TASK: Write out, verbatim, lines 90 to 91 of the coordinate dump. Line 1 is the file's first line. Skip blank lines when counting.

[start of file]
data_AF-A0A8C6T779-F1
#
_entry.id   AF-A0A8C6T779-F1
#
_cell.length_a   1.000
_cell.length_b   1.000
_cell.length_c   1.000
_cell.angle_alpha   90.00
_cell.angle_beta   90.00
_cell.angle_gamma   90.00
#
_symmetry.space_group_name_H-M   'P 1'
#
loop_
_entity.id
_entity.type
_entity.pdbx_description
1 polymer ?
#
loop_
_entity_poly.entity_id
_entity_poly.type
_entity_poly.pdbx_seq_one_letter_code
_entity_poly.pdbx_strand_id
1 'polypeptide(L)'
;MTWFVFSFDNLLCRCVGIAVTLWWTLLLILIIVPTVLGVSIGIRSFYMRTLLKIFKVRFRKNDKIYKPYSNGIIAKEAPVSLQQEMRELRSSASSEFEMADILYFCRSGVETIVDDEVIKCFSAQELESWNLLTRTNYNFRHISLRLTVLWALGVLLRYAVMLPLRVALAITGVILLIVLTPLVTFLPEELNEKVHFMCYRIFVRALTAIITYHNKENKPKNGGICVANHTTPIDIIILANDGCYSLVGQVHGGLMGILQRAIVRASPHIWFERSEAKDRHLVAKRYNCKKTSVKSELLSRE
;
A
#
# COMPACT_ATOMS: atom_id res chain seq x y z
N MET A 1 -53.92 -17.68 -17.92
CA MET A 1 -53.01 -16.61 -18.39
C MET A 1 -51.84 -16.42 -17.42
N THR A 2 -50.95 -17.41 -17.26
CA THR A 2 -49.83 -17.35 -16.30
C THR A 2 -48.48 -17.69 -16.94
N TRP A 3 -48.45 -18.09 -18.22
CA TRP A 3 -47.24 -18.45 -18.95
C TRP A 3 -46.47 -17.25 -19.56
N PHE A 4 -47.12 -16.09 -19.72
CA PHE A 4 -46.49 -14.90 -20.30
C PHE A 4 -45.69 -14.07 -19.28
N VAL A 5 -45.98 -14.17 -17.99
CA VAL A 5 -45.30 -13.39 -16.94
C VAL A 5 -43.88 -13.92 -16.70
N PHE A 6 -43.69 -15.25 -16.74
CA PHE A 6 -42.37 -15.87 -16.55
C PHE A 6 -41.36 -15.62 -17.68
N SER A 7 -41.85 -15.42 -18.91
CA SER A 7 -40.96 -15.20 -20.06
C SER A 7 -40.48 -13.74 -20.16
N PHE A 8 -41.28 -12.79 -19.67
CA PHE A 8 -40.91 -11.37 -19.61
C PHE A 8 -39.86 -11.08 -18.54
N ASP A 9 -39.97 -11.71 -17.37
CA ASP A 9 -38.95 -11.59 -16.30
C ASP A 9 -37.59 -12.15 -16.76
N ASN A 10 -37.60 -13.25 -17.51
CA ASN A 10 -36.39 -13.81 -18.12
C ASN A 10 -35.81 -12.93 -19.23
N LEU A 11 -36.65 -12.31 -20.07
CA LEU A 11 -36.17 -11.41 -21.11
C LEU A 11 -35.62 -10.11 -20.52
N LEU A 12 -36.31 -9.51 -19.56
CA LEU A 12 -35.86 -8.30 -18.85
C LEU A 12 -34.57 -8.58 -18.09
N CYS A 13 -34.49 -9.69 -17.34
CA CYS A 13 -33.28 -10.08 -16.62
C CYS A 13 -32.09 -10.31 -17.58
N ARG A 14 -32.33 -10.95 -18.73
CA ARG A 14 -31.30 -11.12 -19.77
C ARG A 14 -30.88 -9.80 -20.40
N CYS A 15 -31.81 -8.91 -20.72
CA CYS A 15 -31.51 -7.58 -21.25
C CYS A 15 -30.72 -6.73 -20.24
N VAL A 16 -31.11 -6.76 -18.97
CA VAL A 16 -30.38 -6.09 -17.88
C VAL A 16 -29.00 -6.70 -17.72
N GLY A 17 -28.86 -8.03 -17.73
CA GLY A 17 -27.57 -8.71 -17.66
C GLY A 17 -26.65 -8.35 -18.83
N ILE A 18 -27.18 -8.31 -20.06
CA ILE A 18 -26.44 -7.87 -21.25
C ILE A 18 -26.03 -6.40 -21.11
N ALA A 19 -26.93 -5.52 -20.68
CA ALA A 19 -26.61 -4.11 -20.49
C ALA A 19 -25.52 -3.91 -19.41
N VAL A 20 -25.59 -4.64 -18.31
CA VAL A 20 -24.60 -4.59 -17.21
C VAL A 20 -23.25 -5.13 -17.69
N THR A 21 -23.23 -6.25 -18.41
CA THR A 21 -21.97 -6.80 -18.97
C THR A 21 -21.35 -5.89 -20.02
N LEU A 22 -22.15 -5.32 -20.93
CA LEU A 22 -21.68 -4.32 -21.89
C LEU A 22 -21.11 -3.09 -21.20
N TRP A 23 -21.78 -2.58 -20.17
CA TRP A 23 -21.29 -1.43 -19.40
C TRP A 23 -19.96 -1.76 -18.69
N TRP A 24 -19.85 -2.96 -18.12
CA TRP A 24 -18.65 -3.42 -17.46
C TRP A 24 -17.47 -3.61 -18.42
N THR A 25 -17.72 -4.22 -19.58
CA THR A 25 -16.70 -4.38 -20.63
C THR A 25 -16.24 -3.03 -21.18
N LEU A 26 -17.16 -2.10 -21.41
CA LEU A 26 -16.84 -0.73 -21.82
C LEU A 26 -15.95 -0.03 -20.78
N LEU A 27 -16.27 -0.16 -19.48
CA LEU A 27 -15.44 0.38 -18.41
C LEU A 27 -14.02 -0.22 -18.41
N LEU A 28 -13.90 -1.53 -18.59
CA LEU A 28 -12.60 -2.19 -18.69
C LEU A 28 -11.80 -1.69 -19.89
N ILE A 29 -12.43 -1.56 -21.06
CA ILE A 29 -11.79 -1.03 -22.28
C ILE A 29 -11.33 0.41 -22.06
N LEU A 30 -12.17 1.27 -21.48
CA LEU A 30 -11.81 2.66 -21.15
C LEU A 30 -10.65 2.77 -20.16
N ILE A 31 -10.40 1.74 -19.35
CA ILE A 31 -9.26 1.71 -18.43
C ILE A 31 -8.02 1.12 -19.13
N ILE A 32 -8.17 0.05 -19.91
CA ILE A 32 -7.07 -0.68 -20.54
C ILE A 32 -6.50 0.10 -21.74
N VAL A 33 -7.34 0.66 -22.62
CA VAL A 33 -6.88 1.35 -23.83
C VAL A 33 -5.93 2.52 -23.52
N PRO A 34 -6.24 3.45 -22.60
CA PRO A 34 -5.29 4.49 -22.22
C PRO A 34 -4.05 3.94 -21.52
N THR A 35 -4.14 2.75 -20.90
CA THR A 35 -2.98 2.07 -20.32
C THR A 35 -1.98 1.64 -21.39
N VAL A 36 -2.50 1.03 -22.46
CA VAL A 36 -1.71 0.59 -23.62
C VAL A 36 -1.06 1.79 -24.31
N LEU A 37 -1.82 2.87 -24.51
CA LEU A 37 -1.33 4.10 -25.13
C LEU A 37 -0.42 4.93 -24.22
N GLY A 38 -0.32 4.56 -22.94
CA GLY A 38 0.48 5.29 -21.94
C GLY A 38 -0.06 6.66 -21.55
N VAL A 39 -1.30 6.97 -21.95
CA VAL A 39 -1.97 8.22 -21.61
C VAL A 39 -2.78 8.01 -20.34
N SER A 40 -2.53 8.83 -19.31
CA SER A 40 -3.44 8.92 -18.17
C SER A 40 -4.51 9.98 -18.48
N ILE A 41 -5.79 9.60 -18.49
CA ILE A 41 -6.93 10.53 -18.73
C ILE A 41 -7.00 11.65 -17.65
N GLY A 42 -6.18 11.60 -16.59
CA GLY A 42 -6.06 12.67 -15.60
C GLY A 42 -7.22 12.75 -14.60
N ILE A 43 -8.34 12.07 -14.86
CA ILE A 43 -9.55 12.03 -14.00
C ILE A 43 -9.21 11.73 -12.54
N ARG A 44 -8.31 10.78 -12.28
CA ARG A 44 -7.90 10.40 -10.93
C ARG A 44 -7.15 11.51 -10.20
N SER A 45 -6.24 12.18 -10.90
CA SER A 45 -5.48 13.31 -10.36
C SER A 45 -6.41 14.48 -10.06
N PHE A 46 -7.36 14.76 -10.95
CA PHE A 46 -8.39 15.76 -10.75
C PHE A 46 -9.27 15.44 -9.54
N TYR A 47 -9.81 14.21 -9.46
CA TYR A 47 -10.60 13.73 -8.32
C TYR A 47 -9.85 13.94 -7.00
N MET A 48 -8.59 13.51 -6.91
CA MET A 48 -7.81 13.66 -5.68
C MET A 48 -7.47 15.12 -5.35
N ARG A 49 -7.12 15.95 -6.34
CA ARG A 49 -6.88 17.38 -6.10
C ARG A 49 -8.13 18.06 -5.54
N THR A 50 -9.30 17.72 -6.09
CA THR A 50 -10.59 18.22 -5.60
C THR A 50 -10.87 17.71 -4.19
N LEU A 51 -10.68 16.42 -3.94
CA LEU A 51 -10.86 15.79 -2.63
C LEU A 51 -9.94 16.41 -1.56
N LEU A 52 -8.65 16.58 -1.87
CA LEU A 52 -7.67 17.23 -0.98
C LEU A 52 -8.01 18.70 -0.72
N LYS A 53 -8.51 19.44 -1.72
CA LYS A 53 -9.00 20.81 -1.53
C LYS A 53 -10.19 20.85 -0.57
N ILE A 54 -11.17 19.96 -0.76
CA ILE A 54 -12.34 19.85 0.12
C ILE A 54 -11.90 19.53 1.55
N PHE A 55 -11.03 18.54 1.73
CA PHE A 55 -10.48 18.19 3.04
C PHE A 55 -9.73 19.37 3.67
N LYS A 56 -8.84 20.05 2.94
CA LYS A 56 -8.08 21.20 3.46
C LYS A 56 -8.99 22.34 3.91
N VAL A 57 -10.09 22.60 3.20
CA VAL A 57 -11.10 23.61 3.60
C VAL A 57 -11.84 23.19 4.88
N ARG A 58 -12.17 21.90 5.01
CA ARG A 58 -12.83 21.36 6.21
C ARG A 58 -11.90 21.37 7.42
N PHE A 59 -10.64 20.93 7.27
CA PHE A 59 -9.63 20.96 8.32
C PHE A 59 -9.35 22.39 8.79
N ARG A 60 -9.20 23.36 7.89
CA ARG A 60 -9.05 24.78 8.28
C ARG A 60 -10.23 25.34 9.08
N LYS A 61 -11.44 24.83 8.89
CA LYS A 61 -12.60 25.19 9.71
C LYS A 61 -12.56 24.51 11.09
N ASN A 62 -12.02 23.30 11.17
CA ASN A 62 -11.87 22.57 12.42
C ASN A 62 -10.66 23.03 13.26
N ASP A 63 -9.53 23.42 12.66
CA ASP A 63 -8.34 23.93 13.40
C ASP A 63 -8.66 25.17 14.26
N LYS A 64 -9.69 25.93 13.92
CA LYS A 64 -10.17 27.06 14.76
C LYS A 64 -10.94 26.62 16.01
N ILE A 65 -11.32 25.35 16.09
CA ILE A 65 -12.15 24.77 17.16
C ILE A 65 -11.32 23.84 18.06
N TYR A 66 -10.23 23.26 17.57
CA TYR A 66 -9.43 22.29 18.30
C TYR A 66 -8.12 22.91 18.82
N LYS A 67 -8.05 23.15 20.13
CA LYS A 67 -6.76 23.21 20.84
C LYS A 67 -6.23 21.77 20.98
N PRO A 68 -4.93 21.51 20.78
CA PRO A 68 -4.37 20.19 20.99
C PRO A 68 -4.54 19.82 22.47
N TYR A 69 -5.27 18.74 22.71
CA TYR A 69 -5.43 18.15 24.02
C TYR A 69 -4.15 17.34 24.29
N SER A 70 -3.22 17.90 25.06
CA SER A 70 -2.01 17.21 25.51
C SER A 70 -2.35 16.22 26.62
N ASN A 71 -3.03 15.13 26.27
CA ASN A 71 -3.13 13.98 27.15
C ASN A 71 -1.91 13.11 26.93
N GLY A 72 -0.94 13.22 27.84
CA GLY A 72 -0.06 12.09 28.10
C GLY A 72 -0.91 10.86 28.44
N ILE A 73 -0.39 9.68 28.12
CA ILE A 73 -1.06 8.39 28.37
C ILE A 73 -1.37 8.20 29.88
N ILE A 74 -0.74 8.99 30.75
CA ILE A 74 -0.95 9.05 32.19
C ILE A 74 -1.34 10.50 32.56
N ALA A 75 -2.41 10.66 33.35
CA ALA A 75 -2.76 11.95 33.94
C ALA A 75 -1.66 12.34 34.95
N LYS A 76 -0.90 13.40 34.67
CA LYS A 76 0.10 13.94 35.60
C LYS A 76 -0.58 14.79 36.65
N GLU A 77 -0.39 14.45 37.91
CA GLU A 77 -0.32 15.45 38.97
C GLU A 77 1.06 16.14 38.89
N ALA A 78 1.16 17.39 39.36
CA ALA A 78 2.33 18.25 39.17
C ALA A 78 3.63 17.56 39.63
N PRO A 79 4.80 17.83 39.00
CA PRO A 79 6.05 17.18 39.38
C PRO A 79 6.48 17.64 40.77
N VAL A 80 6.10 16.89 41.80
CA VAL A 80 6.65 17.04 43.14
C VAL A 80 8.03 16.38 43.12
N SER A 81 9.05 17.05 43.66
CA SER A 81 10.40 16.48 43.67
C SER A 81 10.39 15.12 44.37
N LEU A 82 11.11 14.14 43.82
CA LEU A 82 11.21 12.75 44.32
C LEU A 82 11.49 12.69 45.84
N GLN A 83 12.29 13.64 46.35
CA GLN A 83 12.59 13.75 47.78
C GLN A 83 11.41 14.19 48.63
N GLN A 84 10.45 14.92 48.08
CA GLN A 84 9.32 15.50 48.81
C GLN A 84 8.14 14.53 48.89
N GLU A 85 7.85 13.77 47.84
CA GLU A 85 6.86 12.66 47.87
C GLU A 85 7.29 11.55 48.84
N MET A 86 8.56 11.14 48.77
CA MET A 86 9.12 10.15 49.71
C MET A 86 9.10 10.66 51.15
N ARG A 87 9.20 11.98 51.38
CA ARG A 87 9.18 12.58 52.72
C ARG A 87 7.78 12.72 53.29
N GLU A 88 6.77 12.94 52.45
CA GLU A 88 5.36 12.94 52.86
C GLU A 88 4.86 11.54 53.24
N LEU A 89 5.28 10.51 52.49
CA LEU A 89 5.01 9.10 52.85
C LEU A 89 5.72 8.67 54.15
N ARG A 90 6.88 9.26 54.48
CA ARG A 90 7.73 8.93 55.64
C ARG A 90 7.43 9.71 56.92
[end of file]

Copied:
C VAL A 20 -23.25 -5.13 -17.69
N THR A 21 -23.23 -6.25 -18.41